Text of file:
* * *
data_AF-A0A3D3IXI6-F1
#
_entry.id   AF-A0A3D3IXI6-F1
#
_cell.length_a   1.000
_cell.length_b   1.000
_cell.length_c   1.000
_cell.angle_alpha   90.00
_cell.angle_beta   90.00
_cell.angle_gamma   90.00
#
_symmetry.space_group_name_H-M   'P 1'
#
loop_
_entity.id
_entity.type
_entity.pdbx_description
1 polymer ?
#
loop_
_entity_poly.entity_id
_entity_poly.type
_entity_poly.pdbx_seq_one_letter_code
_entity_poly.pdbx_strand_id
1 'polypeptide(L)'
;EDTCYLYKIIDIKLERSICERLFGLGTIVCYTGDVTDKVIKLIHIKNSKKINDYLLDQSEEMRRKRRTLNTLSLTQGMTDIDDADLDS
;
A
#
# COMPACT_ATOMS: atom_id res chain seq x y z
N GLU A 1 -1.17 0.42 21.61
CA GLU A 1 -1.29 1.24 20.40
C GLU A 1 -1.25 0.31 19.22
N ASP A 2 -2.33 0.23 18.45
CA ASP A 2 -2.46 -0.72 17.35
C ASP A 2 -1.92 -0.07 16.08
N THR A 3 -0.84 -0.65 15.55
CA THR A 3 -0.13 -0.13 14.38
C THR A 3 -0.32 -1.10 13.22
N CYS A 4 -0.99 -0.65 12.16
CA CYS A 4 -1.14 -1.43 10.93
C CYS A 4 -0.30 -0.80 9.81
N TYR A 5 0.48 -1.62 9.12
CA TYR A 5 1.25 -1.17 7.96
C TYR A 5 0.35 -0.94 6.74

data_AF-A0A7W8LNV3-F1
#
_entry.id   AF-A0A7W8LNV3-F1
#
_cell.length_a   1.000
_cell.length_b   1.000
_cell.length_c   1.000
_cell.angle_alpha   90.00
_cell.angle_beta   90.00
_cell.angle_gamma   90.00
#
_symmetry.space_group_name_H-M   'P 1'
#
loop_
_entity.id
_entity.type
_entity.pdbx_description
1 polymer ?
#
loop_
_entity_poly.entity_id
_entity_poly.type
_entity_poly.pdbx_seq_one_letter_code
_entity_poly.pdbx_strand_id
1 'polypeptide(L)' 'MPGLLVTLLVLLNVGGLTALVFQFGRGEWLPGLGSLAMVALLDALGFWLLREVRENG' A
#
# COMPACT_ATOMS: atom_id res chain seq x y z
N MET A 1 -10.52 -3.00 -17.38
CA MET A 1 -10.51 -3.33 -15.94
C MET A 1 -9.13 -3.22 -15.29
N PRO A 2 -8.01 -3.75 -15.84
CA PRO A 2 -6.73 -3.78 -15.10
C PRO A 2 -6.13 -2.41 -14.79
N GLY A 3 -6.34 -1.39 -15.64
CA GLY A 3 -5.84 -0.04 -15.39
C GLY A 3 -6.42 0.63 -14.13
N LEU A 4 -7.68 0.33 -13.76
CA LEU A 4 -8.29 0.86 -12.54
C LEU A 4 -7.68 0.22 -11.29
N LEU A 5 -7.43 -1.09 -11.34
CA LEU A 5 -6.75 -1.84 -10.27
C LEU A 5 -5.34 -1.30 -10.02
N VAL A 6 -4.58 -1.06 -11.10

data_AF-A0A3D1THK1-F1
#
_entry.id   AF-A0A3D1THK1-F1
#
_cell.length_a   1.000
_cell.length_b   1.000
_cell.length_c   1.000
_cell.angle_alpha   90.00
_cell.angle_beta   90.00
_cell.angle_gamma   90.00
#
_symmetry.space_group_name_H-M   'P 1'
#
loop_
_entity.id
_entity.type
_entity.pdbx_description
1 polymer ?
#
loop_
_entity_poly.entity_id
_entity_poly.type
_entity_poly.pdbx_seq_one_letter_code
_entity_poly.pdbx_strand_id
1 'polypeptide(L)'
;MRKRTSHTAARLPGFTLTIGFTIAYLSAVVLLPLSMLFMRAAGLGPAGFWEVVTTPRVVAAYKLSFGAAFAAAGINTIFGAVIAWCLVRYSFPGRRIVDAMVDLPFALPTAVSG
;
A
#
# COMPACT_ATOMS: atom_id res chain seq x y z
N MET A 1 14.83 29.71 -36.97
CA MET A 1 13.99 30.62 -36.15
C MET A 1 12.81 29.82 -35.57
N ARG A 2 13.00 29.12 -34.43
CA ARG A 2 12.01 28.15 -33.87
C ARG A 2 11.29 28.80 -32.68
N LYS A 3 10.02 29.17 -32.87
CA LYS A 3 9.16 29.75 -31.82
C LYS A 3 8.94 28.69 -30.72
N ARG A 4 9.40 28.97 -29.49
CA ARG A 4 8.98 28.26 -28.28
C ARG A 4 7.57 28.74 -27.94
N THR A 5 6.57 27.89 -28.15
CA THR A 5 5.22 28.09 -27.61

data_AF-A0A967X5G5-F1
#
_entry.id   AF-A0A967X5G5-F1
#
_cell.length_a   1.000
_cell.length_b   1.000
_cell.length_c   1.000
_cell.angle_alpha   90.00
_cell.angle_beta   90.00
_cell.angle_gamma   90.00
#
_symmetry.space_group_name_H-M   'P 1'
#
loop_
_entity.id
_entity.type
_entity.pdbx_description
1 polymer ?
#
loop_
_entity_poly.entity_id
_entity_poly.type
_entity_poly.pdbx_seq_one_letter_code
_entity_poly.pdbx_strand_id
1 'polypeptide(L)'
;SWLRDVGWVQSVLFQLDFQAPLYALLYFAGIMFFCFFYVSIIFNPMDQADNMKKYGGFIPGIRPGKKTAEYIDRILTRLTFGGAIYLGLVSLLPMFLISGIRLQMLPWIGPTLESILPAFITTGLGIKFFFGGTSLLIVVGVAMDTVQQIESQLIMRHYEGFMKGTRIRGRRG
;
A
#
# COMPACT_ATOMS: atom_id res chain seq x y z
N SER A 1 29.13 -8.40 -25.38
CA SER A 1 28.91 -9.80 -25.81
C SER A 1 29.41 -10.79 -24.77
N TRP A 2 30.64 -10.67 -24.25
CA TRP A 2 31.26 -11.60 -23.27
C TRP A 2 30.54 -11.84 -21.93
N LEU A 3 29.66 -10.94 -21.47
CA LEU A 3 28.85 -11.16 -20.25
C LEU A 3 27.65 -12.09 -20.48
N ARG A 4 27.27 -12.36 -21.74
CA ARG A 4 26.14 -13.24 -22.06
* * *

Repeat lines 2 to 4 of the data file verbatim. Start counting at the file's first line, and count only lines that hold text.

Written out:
#
_entry.id   AF-A0A3D3IXI6-F1
#